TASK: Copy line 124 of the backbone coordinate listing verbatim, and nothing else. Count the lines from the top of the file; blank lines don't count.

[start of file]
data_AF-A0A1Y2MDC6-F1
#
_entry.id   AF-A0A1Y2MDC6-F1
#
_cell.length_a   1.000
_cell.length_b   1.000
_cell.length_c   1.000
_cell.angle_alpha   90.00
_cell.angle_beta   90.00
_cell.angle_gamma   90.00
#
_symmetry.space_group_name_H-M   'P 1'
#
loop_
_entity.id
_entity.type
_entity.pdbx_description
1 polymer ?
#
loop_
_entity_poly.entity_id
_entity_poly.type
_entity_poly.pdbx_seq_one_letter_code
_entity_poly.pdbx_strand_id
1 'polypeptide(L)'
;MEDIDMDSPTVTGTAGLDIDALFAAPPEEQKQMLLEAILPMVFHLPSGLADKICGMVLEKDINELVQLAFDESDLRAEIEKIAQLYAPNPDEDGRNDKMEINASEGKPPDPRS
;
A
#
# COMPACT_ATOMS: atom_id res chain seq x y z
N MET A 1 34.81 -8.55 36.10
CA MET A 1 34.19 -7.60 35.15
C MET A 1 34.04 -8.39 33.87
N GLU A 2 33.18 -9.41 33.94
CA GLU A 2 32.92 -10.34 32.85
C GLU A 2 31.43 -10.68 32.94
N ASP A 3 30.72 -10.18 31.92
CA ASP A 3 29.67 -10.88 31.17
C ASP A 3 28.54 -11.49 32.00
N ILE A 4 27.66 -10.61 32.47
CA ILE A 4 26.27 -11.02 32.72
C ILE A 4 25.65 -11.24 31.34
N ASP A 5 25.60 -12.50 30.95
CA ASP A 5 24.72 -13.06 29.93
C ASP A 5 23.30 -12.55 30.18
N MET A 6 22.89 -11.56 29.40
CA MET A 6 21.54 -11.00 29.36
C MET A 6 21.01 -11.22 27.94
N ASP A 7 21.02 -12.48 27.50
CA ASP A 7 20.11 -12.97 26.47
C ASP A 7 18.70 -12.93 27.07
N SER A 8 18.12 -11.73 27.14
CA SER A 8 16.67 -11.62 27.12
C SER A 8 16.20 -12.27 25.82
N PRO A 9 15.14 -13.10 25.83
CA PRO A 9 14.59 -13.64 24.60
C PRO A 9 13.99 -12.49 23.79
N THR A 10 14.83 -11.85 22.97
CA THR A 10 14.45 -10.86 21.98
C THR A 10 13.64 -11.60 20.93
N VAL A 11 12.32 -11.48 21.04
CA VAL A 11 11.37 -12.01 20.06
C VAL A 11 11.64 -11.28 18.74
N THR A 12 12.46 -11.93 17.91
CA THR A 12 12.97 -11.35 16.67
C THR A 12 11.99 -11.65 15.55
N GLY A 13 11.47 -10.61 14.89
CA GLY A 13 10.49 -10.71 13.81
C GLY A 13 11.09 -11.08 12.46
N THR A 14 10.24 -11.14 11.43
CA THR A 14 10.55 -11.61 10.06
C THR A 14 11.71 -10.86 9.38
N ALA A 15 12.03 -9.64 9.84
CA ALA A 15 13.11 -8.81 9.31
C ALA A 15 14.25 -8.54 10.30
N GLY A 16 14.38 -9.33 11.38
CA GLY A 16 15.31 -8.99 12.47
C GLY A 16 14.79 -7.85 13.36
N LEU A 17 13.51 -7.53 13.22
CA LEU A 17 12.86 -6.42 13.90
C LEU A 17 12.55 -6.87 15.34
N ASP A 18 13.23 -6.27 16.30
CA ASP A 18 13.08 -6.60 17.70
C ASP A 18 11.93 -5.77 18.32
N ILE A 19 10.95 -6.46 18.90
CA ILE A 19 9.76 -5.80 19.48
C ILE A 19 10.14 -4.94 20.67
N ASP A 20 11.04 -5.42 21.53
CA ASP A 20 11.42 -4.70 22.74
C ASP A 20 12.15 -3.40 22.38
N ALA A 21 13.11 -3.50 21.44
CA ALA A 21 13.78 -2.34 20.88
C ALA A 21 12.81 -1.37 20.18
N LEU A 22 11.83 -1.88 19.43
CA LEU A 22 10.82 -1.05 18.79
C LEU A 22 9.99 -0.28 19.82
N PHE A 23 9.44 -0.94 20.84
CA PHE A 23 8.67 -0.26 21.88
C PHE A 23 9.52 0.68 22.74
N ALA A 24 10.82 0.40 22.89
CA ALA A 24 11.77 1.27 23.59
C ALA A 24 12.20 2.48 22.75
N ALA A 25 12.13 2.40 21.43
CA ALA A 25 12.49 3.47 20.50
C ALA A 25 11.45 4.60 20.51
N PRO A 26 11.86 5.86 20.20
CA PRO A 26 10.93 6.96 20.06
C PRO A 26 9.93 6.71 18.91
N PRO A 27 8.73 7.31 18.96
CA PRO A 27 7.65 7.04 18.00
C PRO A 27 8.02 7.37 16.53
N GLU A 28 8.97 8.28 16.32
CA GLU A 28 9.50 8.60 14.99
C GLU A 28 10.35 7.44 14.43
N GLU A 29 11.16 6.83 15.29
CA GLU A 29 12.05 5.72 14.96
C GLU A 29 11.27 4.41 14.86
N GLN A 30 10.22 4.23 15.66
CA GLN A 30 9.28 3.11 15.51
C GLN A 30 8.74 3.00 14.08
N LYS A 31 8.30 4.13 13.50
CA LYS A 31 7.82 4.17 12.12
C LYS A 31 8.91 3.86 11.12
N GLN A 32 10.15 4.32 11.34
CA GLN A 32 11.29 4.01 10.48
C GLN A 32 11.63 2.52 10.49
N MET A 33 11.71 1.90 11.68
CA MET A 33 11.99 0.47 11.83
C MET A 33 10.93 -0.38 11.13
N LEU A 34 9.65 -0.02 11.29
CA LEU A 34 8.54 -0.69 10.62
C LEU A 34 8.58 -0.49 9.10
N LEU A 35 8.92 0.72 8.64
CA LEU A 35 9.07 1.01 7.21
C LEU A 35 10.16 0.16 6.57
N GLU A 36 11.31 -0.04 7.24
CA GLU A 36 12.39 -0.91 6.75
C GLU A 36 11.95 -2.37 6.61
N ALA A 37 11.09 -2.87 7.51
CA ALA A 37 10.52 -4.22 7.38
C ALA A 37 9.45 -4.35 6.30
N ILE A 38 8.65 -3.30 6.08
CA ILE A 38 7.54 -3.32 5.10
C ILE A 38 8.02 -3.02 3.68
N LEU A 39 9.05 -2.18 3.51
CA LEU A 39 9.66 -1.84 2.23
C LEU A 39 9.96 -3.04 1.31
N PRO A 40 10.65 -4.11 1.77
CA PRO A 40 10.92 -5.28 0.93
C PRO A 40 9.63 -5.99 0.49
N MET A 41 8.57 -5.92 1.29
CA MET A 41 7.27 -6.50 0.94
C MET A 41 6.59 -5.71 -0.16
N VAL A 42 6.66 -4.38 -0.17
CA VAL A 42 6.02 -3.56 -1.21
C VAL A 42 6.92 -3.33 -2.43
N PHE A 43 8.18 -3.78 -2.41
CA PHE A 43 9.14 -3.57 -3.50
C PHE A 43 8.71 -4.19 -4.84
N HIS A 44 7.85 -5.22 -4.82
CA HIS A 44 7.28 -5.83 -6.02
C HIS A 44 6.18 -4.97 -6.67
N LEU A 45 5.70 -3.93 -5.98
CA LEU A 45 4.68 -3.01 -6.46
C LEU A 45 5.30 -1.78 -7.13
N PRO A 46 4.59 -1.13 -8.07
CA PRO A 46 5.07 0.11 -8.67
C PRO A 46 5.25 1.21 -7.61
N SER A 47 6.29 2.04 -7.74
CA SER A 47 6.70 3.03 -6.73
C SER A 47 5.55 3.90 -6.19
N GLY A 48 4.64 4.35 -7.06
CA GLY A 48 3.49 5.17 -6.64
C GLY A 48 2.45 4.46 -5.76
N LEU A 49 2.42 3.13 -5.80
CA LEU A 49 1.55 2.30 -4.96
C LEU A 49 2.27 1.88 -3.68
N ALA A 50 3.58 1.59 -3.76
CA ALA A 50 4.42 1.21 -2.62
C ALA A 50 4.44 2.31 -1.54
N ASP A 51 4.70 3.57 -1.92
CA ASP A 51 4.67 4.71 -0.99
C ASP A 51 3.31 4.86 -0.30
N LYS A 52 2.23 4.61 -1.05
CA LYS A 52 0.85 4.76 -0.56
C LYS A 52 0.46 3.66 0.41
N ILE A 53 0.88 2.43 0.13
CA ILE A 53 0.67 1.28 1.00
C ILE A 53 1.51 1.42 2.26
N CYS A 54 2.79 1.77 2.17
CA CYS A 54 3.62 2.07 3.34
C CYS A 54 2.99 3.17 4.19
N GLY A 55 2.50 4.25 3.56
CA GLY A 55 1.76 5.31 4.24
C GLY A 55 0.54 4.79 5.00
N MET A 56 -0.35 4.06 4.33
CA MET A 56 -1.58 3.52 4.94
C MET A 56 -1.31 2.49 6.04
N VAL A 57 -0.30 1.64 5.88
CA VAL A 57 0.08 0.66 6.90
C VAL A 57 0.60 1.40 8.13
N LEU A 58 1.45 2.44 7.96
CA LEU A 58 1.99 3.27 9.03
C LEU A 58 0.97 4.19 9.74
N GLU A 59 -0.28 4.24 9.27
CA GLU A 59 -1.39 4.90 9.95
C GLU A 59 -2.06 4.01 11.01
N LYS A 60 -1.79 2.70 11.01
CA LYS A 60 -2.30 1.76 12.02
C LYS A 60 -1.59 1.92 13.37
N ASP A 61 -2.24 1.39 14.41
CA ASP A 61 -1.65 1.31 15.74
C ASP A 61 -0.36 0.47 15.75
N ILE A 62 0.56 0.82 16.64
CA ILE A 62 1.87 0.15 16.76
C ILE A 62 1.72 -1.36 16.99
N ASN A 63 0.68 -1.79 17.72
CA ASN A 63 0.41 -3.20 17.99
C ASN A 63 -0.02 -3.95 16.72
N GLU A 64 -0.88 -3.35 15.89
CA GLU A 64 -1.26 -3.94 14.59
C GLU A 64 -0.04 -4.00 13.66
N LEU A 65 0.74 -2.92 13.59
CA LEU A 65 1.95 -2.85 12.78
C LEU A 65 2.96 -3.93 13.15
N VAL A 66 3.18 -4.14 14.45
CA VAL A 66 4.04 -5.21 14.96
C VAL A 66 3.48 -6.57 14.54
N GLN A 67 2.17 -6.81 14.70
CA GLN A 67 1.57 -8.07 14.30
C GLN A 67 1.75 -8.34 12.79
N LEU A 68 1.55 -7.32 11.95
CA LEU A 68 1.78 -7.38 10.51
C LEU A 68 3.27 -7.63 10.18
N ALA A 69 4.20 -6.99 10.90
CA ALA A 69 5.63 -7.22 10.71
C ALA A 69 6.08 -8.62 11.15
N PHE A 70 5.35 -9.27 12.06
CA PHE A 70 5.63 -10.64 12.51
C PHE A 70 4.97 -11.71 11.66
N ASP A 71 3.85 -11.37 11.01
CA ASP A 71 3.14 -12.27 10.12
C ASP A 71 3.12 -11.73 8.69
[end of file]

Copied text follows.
N GLN A 32 10.15 4.32 11.34